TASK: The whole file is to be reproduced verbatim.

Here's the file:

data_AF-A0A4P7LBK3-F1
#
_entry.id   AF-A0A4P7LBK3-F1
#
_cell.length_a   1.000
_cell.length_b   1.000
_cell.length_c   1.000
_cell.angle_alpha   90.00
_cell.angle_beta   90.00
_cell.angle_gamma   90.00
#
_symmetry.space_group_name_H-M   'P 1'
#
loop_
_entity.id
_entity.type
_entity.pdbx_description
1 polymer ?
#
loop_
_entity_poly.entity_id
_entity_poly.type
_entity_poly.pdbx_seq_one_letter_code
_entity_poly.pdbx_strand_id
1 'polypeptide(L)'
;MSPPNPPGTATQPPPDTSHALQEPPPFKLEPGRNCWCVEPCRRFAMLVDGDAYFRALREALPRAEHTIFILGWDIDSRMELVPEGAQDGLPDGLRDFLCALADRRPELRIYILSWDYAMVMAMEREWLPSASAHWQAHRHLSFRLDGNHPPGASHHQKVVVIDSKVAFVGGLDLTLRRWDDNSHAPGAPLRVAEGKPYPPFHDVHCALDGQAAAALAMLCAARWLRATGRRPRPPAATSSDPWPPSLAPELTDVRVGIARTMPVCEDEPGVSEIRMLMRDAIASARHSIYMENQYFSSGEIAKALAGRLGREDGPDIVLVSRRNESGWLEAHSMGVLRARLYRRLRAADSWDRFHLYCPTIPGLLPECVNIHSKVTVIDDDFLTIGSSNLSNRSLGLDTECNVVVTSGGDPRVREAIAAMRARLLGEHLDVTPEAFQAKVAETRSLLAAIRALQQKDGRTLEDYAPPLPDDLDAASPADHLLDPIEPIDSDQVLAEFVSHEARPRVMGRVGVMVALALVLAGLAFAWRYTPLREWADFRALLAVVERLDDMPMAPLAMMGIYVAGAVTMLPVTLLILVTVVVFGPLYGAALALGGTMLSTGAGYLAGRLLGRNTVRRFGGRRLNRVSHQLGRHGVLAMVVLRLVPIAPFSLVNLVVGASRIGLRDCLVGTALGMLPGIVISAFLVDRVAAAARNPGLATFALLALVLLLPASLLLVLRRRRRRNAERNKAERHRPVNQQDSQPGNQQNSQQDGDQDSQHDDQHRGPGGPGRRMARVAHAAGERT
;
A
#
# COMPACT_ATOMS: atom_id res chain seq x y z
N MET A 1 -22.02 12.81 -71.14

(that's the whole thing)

data_AF-A0A4P7LBK3-F1
#
_entry.id   AF-A0A4P7LBK3-F1
#
_cell.length_a   1.000
_cell.length_b   1.000
_cell.length_c   1.000
_cell.angle_alpha   90.00
_cell.angle_beta   90.00
_cell.angle_gamma   90.00
#
_symmetry.space_group_name_H-M   'P 1'
#
loop_
_entity.id
_entity.type
_entity.pdbx_description
1 polymer ?
#
loop_
_entity_poly.entity_id
_entity_poly.type
_entity_poly.pdbx_seq_one_letter_code
_entity_poly.pdbx_strand_id
1 'polypeptide(L)'
;MSPPNPPGTATQPPPDTSHALQEPPPFKLEPGRNCWCVEPCRRFAMLVDGDAYFRALREALPRAEHTIFILGWDIDSRMELVPEGAQDGLPDGLRDFLCALADRRPELRIYILSWDYAMVMAMEREWLPSASAHWQAHRHLSFRLDGNHPPGASHHQKVVVIDSKVAFVGGLDLTLRRWDDNSHAPGAPLRVAEGKPYPPFHDVHCALDGQAAAALAMLCAARWLRATGRRPRPPAATSSDPWPPSLAPELTDVRVGIARTMPVCEDEPGVSEIRMLMRDAIASARHSIYMENQYFSSGEIAKALAGRLGREDGPDIVLVSRRNESGWLEAHSMGVLRARLYRRLRAADSWDRFHLYCPTIPGLLPECVNIHSKVTVIDDDFLTIGSSNLSNRSLGLDTECNVVVTSGGDPRVREAIAAMRARLLGEHLDVTPEAFQAKVAETRSLLAAIRALQQKDGRTLEDYAPPLPDDLDAASPADHLLDPIEPIDSDQVLAEFVSHEARPRVMGRVGVMVALALVLAGLAFAWRYTPLREWADFRALLAVVERLDDMPMAPLAMMGIYVAGAVTMLPVTLLILVTVVVFGPLYGAALALGGTMLSTGAGYLAGRLLGRNTVRRFGGRRLNRVSHQLGRHGVLAMVVLRLVPIAPFSLVNLVVGASRIGLRDCLVGTALGMLPGIVISAFLVDRVAAAARNPGLATFALLALVLLLPASLLLVLRRRRRRNAERNKAERHRPVNQQDSQPGNQQNSQQDGDQDSQHDDQHRGPGGPGRRMARVAHAAGERT
;
A
#
# COMPACT_ATOMS: atom_id res chain seq x y z
N MET A 1 -22.02 12.81 -71.14